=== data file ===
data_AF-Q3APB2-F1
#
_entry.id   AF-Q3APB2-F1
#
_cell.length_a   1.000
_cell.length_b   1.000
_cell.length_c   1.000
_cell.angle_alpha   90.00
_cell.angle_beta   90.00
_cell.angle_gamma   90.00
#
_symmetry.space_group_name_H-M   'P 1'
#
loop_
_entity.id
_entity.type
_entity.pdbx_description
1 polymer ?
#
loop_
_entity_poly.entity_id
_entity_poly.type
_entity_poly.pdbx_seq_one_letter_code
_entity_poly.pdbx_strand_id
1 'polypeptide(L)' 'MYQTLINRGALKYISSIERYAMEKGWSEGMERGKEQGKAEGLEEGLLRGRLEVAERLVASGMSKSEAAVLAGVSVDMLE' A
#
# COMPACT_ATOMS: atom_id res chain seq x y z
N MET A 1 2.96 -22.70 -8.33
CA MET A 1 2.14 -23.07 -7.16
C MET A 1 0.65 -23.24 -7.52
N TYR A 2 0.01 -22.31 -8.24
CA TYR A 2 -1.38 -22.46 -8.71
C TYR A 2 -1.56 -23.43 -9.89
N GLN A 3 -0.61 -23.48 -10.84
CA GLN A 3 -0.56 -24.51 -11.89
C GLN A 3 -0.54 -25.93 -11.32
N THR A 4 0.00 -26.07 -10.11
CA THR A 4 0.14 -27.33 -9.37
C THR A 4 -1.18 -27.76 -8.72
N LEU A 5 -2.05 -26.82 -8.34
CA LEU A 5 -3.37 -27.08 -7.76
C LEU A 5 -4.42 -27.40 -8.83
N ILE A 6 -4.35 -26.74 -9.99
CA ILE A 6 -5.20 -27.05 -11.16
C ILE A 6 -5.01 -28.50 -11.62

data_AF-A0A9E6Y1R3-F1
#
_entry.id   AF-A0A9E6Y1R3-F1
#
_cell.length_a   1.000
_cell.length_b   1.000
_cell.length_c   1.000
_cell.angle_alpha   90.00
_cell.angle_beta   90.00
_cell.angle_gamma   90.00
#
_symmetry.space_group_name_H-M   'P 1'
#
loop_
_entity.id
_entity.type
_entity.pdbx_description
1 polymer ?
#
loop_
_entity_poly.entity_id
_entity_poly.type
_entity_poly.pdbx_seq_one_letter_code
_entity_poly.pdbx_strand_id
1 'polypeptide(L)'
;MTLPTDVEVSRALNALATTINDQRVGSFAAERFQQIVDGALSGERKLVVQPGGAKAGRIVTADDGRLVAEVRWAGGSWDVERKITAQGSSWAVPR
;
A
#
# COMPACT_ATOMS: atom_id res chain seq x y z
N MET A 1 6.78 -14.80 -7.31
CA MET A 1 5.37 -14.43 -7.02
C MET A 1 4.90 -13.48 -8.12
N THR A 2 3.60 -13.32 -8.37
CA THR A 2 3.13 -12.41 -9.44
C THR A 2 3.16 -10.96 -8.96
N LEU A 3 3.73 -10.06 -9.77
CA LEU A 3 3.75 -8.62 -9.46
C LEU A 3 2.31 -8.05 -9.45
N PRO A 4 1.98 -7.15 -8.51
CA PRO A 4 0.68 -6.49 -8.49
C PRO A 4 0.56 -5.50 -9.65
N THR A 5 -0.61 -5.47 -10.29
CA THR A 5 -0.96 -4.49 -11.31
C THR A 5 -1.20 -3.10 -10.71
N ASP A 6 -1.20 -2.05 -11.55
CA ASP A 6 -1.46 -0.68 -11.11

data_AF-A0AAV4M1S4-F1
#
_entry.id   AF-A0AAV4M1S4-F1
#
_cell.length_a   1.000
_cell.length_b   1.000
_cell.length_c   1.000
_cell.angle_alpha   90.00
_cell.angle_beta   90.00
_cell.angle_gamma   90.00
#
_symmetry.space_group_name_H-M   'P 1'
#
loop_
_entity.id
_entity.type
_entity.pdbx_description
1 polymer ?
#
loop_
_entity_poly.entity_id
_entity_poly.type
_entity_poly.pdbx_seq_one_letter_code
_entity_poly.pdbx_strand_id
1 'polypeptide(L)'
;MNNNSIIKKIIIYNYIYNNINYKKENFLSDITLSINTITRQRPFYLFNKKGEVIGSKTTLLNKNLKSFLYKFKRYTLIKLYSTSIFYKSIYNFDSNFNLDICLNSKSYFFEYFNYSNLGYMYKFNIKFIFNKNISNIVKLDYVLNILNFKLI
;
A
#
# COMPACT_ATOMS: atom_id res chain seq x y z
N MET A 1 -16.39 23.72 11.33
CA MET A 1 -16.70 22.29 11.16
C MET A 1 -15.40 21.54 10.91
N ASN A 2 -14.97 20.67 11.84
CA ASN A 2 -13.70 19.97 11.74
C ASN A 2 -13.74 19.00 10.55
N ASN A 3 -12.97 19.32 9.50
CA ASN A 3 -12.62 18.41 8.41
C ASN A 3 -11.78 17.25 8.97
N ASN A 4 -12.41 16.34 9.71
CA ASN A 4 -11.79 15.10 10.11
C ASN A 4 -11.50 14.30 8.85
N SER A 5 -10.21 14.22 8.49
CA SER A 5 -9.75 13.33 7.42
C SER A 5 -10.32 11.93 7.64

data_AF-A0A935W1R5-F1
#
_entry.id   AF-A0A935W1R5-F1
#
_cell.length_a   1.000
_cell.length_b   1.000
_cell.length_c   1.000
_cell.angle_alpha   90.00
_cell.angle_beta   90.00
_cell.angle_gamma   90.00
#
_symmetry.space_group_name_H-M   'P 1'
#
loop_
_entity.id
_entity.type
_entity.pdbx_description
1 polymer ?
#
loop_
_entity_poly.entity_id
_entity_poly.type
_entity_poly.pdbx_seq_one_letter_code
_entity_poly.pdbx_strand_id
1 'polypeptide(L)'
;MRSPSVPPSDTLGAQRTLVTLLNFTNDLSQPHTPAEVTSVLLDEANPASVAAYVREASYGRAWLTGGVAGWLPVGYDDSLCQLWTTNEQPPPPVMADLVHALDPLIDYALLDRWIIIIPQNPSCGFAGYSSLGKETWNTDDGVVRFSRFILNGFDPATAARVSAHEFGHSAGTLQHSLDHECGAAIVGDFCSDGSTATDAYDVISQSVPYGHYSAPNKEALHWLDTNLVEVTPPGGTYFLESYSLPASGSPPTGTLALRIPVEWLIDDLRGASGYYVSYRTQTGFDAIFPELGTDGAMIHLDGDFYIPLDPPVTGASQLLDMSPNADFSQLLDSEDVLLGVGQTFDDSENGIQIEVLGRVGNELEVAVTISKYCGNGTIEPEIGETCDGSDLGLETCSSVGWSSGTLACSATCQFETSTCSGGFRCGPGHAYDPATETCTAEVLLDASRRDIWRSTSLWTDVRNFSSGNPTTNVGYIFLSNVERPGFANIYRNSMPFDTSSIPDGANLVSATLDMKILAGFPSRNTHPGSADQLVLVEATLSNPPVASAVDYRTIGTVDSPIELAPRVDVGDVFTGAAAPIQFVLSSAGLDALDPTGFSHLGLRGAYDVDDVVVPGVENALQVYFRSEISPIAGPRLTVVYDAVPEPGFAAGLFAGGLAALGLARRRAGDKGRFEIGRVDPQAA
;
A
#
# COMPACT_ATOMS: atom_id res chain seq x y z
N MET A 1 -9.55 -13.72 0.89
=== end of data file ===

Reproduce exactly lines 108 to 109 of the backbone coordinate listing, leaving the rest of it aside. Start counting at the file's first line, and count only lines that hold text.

_entity.type
_entity.pdbx_description